Militias are common among countries like the United States and China. But in a world where the modernization of national defense and military professionalization are on the rise, it is very rare for a country to place equal emphasis on both militias and regular armies in the way Vietnam does now, especially during peacetime.
Even though many countries still have the concept of militias, they function more of a tradition or a symbol. In Vietnam, however, the system is quite different and the role of militia is even strengthening. Specifically, Vietnam’s Militia is considered a crucial component of its national defense which not detached from production and work. By the end of 2019, the Vietnam’s Militia accounted for 1.44% of the country’s total population, which is approximately 1.5 million people.
The maritime militia is a mobile force deployed by the Vietnamese government to its illegally occupied islands and claimed waters. It engages in fishing and production as well as the maritime security tasks assigned by the Vietnamese government. Vietnam implements a “Maritime Militia” system in Paracel Islands and other waters in the South China Sea, which integrates fishing activities into its military security framework and takes fishing vessels (fishermen) as “forward-deployed forces” when dealing conflicts over the South China Sea with Malaysia and China. Many observers believe Vietnam’s illegal activities has become a regional headache, as it has clashed with multiple countries including China, Indonesia, Malaysia, and France over this issue.
Vietnamese IUU has become a regional concern.
On Apr 19, three Vietnamese vessels conducted IUU in the boundary waters of Malaysia and Indonesia, one collided with Indonesian law enforcement ship, two were detained, and four fishermen were missing.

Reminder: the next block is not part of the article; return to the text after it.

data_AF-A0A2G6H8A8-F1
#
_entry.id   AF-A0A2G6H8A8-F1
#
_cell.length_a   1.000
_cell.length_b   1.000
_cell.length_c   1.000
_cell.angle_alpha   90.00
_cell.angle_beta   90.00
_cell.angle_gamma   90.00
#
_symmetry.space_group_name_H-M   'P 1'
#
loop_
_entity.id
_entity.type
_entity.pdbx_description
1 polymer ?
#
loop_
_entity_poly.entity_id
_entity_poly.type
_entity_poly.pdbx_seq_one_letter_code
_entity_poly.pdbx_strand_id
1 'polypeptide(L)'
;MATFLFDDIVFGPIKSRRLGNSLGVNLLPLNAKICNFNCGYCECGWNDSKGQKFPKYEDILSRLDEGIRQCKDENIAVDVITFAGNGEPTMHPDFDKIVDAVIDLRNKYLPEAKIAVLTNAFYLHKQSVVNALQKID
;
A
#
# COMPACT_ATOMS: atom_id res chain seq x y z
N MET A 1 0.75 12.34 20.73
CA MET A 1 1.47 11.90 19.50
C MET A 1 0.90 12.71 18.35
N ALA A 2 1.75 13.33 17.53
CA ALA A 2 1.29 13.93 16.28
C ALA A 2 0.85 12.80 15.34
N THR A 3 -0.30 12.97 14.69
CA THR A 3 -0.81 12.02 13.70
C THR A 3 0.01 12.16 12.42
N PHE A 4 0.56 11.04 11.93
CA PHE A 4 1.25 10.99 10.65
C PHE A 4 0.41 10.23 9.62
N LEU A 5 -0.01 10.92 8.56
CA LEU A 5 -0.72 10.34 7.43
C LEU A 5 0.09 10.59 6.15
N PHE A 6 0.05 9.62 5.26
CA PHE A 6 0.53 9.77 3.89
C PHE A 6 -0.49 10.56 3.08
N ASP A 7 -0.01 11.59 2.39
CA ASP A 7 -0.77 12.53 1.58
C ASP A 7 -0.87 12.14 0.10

According to an interview with Malaysian Foreign Minister lately, 141 Vietnamese fishermen were detained by Malaysia last year for IUU
Simply viewing such Vietnam’s activities as common illegal, unreported and unregulated (IUU) fishing clearly cannot account for its nationwide compulsory military service and irregular maritime activities. Various evidences show that Vietnam’s political and security concerns behind those fishing activities in the South China Sea warrant more attention than its economic pursuit.
Vietnam’s Maritime Militia System
Vietnam’s Militia is comprised of the core militia and general militia, based on different management systems and tasks, according to the 2009 Law on Militia and Self-Defense Forces. Subject to regular training and military management, the maritime militia belongs to the core militia. The 2019 revised version stipulates that the militia consist of the mobile militia, permanent militia, maritime militia, and special militia(executing tasks like artillery, engineering, reconnaissance, communication, etc.) This in effect includes all militia under the management of the core militia. According to Vietnamese law, except for special circumstances, all Vietnamese citizens (male aged 18-45, and female 18-45) are obliged to join the militia for a service of four to six years.
The latest Law on Militia and Self-Defense Forces defines the militia as a component of the People’s Armed Forces of Vietnam, which is under the leadership of the Ministry of Defense and the command of the Minister of National Defense with the Chief of the General Staff of the People’s Armed Forces as the commander-in-chief. At the sub-central level, there are military commands at districts, towns, or provincial cities with commanders responsible for executing the superior instructions. The management hierarchy of militia is as follows: group, squad, platoon, company, flotilla, battalion, and fleet. In recent years, Vietnam has constantly adjusted the organization of its maritime militia accordingly with changing situations at sea. Militia in key defense and security communes are organized into permanent militia platoons with complete duty schedules and organizations, prepared for instant combat. Meanwhile, the Vietnamese government has also paid special attention to a number of new models such as building a maritime militia squadron and militia posts at the land border to interact with habitation. Their scattered deployment allows flexibility and increases the efficiency of mobilization, command, and operation in emergencies.